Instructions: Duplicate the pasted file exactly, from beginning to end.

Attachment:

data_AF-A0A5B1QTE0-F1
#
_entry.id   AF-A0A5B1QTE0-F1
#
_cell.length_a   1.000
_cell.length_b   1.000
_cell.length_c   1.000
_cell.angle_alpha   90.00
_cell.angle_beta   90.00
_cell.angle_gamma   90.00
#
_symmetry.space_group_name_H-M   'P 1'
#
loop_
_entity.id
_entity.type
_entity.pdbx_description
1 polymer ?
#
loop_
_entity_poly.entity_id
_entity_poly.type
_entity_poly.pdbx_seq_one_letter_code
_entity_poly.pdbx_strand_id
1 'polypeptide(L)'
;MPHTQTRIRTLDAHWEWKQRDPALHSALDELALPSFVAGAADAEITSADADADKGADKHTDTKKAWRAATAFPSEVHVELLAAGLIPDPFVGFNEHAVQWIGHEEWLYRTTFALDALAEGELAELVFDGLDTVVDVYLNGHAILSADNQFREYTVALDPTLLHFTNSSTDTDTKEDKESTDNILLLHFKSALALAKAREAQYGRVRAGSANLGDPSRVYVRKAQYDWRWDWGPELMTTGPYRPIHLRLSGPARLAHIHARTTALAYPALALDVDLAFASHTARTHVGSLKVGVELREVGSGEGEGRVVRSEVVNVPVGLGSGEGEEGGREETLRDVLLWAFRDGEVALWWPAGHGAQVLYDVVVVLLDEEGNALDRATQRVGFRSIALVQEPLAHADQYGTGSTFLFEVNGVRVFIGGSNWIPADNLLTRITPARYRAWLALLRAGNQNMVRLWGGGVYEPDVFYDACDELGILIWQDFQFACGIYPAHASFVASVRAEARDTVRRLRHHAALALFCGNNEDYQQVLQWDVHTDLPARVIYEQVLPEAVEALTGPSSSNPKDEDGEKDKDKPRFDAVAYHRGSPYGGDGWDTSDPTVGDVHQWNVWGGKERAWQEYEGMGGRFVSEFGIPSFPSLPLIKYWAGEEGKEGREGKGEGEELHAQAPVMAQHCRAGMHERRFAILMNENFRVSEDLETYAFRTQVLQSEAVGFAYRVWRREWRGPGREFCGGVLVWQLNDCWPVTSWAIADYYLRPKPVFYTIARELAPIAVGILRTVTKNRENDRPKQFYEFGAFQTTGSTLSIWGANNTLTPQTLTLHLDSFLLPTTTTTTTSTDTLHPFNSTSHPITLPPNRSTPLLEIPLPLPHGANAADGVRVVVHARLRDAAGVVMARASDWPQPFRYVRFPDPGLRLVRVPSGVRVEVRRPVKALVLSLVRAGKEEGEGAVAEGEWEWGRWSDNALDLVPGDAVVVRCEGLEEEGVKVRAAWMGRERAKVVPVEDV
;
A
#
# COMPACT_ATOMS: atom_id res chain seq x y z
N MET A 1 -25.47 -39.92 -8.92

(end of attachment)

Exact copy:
data_AF-A0A5B1QTE0-F1
#
_entry.id   AF-A0A5B1QTE0-F1
#
_cell.length_a   1.000
_cell.length_b   1.000
_cell.length_c   1.000
_cell.angle_alpha   90.00
_cell.angle_beta   90.00
_cell.angle_gamma   90.00
#
_symmetry.space_group_name_H-M   'P 1'
#
loop_
_entity.id
_entity.type
_entity.pdbx_description
1 polymer ?
#
loop_
_entity_poly.entity_id
_entity_poly.type
_entity_poly.pdbx_seq_one_letter_code
_entity_poly.pdbx_strand_id
1 'polypeptide(L)'
;MPHTQTRIRTLDAHWEWKQRDPALHSALDELALPSFVAGAADAEITSADADADKGADKHTDTKKAWRAATAFPSEVHVELLAAGLIPDPFVGFNEHAVQWIGHEEWLYRTTFALDALAEGELAELVFDGLDTVVDVYLNGHAILSADNQFREYTVALDPTLLHFTNSSTDTDTKEDKESTDNILLLHFKSALALAKAREAQYGRVRAGSANLGDPSRVYVRKAQYDWRWDWGPELMTTGPYRPIHLRLSGPARLAHIHARTTALAYPALALDVDLAFASHTARTHVGSLKVGVELREVGSGEGEGRVVRSEVVNVPVGLGSGEGEEGGREETLRDVLLWAFRDGEVALWWPAGHGAQVLYDVVVVLLDEEGNALDRATQRVGFRSIALVQEPLAHADQYGTGSTFLFEVNGVRVFIGGSNWIPADNLLTRITPARYRAWLALLRAGNQNMVRLWGGGVYEPDVFYDACDELGILIWQDFQFACGIYPAHASFVASVRAEARDTVRRLRHHAALALFCGNNEDYQQVLQWDVHTDLPARVIYEQVLPEAVEALTGPSSSNPKDEDGEKDKDKPRFDAVAYHRGSPYGGDGWDTSDPTVGDVHQWNVWGGKERAWQEYEGMGGRFVSEFGIPSFPSLPLIKYWAGEEGKEGREGKGEGEELHAQAPVMAQHCRAGMHERRFAILMNENFRVSEDLETYAFRTQVLQSEAVGFAYRVWRREWRGPGREFCGGVLVWQLNDCWPVTSWAIADYYLRPKPVFYTIARELAPIAVGILRTVTKNRENDRPKQFYEFGAFQTTGSTLSIWGANNTLTPQTLTLHLDSFLLPTTTTTTTSTDTLHPFNSTSHPITLPPNRSTPLLEIPLPLPHGANAADGVRVVVHARLRDAAGVVMARASDWPQPFRYVRFPDPGLRLVRVPSGVRVEVRRPVKALVLSLVRAGKEEGEGAVAEGEWEWGRWSDNALDLVPGDAVVVRCEGLEEEGVKVRAAWMGRERAKVVPVEDV
;
A
#
# COMPACT_ATOMS: atom_id res chain seq x y z
N MET A 1 -25.47 -39.92 -8.92